These Songs Served As Soundtrack For A Marvel Movie. What Does Vol. 2 Guardians of the Galaxy: Awesome Mix Vol. 2 (Original Motion Picture Soundtrack) say of the original albums?
So check it out – I am huge Sci Fi fan – more so than even a Marvel fan, and I have some dreams that I intend to turn into reality; where I commit my Hard Sci Fi and Space Opera material to the screen, or perhaps at the very least, I turn my ideas into a series of novels. But back to the screen; I have often felt that mixing some modern day music in a totally future setting would be so awesome, so long as it made sense, either thematically, or plot-wise. It looks like a Marvel film beat me to it though. The fantastic thing about the Guardians of the Galaxy series is that it manages to satisfy both of my requirements, as its soundtrack serves both thematic and plot functions. In the story, an Earthling’s mix tape travels with him to far off cosmic places – a reminder of home that just happened to be his only earthly possession after being abducted by the Ravagers. These tapes and their importance take on new, more diabolical meaning in the film Guardians of the Galaxy Vol. 2., as the music itself thematically mirror specific scenes happening, or entire character arcs. The compilation itself is chock full of throwback music that would be popular in the year 1980 - the time when character Ego met and romanced Meredith Quill, protagonist Peter Quill’s mother. This music would become tied up in that legendary union which would have dire consequences for Peter Quill’s life. The songs, billed by some as one hit wonders of their day, are all singles that are solid works of art by today’s standards. Running the gamut of Power Pop, Soft Rock, Hard Rock, and even Funk courtesy of Parliament, and I have to say that the tracks here all Rock, irregardless of their categorization. With the genesis of this album’s concept out of the way, I would much prefer to treat each track as a special one, irregardless of whether or not there is a one hit wonder factor attached, because at the end of the day, the songs here are ridiculously good in their own way, and what is more, they are each attached to a real album that, dollars to donuts, are probably good albums that you need to know about. So let’s dispense with the fandom and the trivia of what song was playing in what pivotal scene during this Marvel franchise, and instead look at what is most important of all here – the actual music.
This Album Truly Rocks, With Edgy Electric Guitar Tracks And Smooth Easy Listening Grooves
The Power Pop exhibited on “Fox On the Run” by The Sweet and “Surrender” by Cheap Trick are textbook examples of the youthful and fun energy of the genre. Perfect for a family friendly film, and enough musicality and entertainment value too satisfy both older and younger crowds. Plus, we’ve heard these iconic rock songs a bazillion times, yet they don’t get old – at least for me. “Surrender” is found on Cheap Trick’s 1978 album Heaven Tonight, and that record is full of explosive Rock like “On Top of the World” and “California Man”, while “Fox On the Run” can be found on The Sweet’s Desolation Boulevard, with a ton of operatic glam rock, which highlights teen-angst on tracks like “The Six Teens”, plus the only song that might actually be on the same iconic level as “Fox On the Run” – the frenetic dance number “The Ballroom Blitz.” It doesn’t get any more glam than this, yet subsequent versions by The Ramones would capitalize on the punkier aspects of this mosh pit ready track. The seventies truly had some of the funnest and most challenging Rock tracks ever, and even when the tempo and the energy was turned down a little, the music was still a thing of beauty, as heard on the very smooth “Brandy (You’re a Fine Girl)”, where the music is at turns hard and at other times a super swanky dance beat. Owing to more haunted chords, “Wham Bam Shang-A-Lang” possesses the same easy listening groove – this time upping the Soul even more so that it approaches R&B territory. The vocal harmonies are the center piece here, reminiscent of Seals & Crofts’ similar vocal dedication. The dance doesn’t stop there, with a great Country-Soul number from the legend Glenn Campbell, doing his late seventies Countrypolitan thing - which was Country’s answer to the Disco explosion. It bumps along with such a smile inducing spirit – and accurately represents the tastes of the characters at the turn of the 1980s. There is a slight tongue and cheek vibe I suspect which is intentional, acknowledging that this music is all undoubtedly fantastic, but also part of a crowd-pleasing, FM Radio vibe that recognizes its audience not as sophisticated musical connoisseurs, but rather as non critical throngs looking for easy entertainment. None of the music here is lyrically that deep, and rather, it’s more concerned with satisfying the soul.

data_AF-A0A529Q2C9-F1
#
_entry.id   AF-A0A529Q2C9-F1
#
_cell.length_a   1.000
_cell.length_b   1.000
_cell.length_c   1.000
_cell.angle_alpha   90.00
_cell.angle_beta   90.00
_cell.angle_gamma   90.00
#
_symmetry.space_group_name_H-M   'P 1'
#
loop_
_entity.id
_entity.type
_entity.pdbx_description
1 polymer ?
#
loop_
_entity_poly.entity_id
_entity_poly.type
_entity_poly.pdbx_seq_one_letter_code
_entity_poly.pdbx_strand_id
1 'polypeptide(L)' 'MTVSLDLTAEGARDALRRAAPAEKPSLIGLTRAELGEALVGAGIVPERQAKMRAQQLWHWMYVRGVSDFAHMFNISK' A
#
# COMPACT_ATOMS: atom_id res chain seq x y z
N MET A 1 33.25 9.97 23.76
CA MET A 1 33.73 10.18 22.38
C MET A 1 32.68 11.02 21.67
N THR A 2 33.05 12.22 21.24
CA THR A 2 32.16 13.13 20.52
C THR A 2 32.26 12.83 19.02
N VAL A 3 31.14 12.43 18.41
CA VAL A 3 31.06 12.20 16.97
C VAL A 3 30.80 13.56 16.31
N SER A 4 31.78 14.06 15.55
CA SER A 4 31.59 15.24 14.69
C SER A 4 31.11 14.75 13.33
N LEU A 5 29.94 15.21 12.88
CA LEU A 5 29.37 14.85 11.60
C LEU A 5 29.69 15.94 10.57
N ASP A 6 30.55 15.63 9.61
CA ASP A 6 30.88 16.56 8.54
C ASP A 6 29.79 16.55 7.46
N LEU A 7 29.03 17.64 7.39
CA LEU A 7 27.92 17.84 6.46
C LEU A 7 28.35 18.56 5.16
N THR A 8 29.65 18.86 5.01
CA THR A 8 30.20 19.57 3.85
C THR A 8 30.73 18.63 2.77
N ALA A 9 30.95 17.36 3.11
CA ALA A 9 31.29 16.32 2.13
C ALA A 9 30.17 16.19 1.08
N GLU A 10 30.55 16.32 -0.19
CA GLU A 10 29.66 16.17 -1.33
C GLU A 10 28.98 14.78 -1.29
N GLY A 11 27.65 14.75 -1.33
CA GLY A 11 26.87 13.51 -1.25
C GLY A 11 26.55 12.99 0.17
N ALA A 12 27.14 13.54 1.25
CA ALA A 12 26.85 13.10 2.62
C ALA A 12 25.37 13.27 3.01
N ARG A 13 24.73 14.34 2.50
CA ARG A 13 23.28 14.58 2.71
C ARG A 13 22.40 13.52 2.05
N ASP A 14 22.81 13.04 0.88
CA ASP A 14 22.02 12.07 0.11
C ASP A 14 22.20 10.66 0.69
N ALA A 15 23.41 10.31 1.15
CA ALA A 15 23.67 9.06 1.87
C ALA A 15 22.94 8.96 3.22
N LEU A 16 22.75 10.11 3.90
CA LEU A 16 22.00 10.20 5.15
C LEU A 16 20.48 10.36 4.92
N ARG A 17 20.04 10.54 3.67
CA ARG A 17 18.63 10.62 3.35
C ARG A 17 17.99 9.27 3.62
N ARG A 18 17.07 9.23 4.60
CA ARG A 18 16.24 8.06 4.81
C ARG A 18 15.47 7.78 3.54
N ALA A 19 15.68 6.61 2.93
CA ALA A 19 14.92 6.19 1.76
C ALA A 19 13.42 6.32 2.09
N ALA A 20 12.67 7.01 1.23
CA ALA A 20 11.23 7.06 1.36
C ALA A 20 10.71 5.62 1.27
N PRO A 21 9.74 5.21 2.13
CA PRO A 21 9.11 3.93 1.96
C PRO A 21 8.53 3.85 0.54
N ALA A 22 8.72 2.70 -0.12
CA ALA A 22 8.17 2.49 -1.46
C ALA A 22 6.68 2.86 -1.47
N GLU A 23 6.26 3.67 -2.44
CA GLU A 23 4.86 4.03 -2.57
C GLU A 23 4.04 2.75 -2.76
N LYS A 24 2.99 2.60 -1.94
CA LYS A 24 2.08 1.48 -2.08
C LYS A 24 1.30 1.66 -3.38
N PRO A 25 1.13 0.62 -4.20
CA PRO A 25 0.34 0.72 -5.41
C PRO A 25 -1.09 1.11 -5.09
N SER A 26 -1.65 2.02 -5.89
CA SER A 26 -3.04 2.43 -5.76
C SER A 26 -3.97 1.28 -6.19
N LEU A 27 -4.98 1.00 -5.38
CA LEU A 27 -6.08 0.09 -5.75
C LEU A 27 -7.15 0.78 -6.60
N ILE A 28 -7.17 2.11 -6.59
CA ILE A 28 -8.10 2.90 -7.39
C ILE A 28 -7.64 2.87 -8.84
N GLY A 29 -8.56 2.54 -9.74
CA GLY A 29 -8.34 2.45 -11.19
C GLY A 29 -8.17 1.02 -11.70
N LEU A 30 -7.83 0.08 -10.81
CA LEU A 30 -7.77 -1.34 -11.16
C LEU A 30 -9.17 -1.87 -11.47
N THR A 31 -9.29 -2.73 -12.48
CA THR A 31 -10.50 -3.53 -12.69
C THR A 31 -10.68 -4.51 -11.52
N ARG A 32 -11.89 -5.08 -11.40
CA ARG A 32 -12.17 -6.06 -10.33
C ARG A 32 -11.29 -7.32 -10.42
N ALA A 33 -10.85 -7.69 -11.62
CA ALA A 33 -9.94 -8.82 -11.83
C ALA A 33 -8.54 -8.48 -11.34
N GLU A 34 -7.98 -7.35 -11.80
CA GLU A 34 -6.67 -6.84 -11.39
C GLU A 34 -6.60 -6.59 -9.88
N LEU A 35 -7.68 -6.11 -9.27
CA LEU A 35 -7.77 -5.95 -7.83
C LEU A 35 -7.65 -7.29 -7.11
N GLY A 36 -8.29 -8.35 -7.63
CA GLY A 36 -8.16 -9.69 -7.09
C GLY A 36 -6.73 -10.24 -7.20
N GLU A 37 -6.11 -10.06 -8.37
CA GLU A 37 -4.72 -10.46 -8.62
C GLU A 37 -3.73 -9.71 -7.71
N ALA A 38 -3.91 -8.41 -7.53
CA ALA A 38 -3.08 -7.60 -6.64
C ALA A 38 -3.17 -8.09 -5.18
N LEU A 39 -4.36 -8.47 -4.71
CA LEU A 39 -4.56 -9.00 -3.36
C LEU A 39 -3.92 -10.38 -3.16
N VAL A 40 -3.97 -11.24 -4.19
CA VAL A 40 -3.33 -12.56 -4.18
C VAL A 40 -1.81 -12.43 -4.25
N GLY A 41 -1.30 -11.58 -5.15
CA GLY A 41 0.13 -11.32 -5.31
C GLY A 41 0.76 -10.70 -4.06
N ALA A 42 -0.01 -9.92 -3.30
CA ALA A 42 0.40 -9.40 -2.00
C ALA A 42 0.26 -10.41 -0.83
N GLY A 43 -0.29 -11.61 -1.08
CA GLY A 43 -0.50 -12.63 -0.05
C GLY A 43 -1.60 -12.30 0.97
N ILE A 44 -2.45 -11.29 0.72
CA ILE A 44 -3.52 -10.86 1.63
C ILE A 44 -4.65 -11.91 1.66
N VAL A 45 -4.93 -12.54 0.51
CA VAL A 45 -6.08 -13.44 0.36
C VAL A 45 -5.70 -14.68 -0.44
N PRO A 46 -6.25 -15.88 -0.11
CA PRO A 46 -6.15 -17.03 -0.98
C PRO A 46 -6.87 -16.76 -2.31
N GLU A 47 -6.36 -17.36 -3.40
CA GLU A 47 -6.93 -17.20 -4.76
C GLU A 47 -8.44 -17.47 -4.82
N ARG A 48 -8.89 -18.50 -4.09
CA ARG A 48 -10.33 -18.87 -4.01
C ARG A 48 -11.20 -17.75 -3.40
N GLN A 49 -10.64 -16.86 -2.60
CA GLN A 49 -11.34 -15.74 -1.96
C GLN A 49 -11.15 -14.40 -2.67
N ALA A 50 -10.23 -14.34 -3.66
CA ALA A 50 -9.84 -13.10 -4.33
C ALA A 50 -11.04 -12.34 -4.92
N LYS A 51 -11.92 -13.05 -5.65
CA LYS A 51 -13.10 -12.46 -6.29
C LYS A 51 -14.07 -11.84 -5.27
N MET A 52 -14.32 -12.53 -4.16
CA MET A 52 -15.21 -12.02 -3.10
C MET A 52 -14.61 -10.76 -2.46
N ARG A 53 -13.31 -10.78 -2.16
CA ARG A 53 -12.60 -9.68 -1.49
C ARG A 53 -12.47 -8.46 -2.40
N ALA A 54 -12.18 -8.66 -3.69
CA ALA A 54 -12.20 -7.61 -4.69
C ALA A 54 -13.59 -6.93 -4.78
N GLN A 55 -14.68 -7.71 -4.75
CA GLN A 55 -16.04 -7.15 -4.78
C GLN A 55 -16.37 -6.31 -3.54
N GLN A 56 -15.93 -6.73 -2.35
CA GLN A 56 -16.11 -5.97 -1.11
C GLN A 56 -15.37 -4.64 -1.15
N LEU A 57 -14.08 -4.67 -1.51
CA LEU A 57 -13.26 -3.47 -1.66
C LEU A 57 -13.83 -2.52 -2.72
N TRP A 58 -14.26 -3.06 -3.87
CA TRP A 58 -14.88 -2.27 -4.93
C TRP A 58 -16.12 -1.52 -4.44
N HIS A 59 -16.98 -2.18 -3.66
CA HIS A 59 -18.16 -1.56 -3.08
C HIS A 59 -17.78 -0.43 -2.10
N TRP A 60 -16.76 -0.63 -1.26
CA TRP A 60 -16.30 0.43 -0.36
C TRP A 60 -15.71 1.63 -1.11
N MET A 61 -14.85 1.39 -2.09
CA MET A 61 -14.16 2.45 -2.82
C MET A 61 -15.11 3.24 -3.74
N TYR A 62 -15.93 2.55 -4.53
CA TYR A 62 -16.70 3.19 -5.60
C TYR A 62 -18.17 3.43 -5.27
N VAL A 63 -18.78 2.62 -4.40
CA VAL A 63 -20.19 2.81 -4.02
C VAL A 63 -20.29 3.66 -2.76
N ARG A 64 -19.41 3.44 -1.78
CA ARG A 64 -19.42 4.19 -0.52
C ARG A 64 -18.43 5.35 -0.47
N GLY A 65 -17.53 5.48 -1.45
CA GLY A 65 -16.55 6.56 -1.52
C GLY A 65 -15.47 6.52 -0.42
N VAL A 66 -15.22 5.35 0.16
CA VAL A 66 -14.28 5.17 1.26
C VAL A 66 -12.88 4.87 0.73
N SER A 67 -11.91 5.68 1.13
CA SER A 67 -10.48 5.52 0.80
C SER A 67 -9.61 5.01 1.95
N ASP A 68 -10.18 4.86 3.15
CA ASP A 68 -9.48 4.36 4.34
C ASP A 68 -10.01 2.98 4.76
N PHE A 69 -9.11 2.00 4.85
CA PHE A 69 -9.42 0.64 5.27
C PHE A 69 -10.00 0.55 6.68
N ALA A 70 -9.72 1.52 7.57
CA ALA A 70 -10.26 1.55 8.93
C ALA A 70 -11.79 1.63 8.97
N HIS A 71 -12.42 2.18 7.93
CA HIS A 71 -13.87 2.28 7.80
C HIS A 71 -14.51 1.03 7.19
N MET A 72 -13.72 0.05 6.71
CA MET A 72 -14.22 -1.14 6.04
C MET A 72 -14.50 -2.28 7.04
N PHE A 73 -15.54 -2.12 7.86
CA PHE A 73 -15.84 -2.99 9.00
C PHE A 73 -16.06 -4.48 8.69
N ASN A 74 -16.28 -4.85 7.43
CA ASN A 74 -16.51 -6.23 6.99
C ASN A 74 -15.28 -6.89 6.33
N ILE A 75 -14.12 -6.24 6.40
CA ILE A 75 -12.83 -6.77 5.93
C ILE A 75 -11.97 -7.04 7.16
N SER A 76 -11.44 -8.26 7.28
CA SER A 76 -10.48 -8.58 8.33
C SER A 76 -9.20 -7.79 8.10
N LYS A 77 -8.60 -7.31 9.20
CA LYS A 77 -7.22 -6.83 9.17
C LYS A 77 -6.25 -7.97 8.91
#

Timeless Jams Can Be Dropped Onto Any Soundtrack, Because Audiences Will Respond Nostalgically